Fabio Fabbi, Commissioner Busquin's Spokesman, DG Press,
Tel + 32.2.296 41 74, Fax: +32.2.295 82 20, E-mail: email@example.com
Some Key Facts
o Re-orientation of missions: from government to industry
o 100,000 researchers employed in public research sector in Europe
The 769 centres surveyed account for over €25 billion per annum
(599 cases with full financial information) in their budgets and
employ over 100,000 scientists (557 cases with full human resources
information). The greatest number of centres (237) employ between
10 and 49 scientists comprising 6% of the total number of scientists.
The greatest number of scientists work either in large organisations
with more than 500 scientists (45,241 in 18 organisations) or in
centres with 100 to 499 scientists (33,785 in 151 centres), comprising
respectively 43% and 32% of the total number of scientists employed.
The most frequent orientation of
the sector is applied research, carried out by almost all labs (92%)
while basic research is carried out by just over half (50%). Development,
diffusion, provision of facilities and certification and standards
are further roles undertaken.
Capabilities are concentrated in
engineering and technology, followed by natural sciences, but more
specialised capabilities are also evident in agricultural sciences,
social sciences, medicine and humanities.
In terms of linkages, national authorities
are the most important contact for the centres (92% of centres where
linkages are known are in this category). Industry provides the
second most important direction for major linkage (57%) and overall
(84%). Similar proportions have major linkages with academia and
the European Commission (43% and 37% respectively). Regional authorities
are less evident but one third of centres still register them as
a major link.
General and policy issues
- Importance as applied knowledge providers
- Endangered due to severe financial constraints
Research centres provide a natural route to reach traditional industry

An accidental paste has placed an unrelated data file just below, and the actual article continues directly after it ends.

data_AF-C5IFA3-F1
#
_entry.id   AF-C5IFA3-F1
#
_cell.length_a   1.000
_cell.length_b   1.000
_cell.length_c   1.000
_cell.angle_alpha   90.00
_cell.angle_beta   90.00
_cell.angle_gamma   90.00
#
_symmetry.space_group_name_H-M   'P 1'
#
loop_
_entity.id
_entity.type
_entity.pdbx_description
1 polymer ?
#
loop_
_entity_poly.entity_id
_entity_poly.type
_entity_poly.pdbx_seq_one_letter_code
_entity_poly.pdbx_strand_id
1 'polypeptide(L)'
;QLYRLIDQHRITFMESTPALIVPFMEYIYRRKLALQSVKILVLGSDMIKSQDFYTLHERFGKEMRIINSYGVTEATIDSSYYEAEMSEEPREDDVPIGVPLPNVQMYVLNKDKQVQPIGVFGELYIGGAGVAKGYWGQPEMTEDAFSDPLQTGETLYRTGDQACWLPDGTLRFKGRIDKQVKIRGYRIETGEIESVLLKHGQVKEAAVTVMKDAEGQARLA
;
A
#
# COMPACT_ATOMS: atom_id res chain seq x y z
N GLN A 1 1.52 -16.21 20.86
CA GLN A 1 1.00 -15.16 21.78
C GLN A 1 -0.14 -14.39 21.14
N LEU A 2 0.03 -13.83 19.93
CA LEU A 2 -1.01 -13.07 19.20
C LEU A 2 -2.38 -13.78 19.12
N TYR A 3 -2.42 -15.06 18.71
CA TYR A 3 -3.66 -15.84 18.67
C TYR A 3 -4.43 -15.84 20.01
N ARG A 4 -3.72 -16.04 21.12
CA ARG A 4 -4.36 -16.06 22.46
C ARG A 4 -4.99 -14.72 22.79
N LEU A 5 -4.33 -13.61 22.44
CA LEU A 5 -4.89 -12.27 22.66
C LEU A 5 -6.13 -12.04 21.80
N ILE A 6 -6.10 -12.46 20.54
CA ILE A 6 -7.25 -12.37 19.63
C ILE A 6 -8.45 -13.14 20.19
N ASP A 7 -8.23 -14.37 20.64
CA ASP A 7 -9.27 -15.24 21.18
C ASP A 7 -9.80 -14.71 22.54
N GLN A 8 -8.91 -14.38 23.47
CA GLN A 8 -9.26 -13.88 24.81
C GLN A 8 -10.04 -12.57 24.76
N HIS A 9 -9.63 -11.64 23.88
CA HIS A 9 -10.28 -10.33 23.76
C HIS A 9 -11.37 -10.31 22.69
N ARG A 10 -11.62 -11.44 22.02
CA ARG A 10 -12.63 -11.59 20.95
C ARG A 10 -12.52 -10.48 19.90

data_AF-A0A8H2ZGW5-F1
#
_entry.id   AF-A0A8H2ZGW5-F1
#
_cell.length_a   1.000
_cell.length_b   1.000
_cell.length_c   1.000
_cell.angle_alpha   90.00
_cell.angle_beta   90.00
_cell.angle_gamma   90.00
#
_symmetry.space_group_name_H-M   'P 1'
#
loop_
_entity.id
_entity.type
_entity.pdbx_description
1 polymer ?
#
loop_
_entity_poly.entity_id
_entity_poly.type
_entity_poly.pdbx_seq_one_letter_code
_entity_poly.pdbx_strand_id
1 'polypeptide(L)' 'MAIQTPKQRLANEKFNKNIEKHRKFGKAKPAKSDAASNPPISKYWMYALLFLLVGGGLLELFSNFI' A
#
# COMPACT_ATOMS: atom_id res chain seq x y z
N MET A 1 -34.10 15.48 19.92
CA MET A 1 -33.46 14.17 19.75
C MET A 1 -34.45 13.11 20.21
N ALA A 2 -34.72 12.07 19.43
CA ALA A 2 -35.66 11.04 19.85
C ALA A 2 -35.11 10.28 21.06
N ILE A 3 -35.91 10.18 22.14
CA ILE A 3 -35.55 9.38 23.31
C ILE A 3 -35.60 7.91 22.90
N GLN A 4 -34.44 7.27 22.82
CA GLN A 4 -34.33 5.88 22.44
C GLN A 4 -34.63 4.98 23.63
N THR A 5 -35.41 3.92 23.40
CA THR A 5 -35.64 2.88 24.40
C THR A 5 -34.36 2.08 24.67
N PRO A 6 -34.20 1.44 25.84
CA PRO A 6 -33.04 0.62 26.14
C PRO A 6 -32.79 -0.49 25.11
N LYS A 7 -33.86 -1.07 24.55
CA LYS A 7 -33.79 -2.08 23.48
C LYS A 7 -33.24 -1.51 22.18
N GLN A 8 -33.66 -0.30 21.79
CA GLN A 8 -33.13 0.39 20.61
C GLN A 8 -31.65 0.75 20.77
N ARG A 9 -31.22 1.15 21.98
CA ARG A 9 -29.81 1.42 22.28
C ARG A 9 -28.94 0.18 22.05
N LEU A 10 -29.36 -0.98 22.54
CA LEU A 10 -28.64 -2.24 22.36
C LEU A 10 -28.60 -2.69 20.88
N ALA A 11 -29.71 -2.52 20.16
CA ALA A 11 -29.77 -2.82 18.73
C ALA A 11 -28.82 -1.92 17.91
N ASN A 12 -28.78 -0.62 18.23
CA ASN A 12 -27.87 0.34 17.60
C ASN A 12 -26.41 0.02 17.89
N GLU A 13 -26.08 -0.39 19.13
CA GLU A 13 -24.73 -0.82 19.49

and SMEs. They have a particular comparative advantage in areas
of innovation, which are structured by regulatory change. Policies
are needed to enhance their capability to support innovation and
especially to maintain their intellectual capital with strategic
research bases developed to counteract market pressure to perform
only consulting services.
Despite some constraints, research centres use the EU Research Framework
Programme (and similar national initiatives) to support their own
strategic research programmes so as to develop competencies that
they can market in their contract research portfolio and in order
to update their intellectual capital.
There is scope for rationalisation in the provision of many of
the services offered by the research centres. The overhead costs
of maintaining expertise and facilities in particular areas could
be borne much more easily across the European market as a whole.
Growing harmonisation of public services and legislation provide
a positive impetus for integration.
To achieve these benefits the following barriers would have to
- specificities in local markets for scientific advice and industrial
services caused by variation in legislation, standards etc.,
- differences in legal and ownership structures to perform the
same mission and that currently hinders the possibilities to co-operate
- differences in scientific and technological structures providing
a setting for a particular competence.
Thus an overall framework needs to be developed that helps in removing
the legal barriers while keeping the variety of institutional formats.
As major performers of applied research, being able to absorb R&D
spending and to produce industry-relevant research, these centres
thus contribute greatly to achieving the core European Commission
objective of turning Europe into the most competitive and dynamic
knowledge-based economy as it has been set out at the March 2000
Lisbon European Council.